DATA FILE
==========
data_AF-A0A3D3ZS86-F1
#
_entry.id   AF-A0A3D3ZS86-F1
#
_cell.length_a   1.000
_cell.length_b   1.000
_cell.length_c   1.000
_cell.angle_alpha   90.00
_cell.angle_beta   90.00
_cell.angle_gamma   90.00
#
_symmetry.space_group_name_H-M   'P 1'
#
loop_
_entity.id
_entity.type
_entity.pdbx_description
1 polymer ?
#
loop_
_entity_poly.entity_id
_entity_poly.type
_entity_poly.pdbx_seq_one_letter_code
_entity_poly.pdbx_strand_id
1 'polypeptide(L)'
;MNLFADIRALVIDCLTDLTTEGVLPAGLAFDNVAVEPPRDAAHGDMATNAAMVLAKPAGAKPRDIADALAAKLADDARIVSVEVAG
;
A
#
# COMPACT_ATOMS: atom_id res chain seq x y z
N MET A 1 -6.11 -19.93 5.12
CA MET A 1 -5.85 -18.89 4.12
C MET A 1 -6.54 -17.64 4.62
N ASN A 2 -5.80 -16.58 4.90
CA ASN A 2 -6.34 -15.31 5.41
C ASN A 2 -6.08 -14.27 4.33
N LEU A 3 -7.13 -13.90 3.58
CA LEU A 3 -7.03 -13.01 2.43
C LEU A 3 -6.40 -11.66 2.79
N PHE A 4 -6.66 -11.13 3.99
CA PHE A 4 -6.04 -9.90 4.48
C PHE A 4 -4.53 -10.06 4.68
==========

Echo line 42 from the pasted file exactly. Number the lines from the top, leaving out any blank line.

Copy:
C PHE A 4 -4.53 -10.06 4.68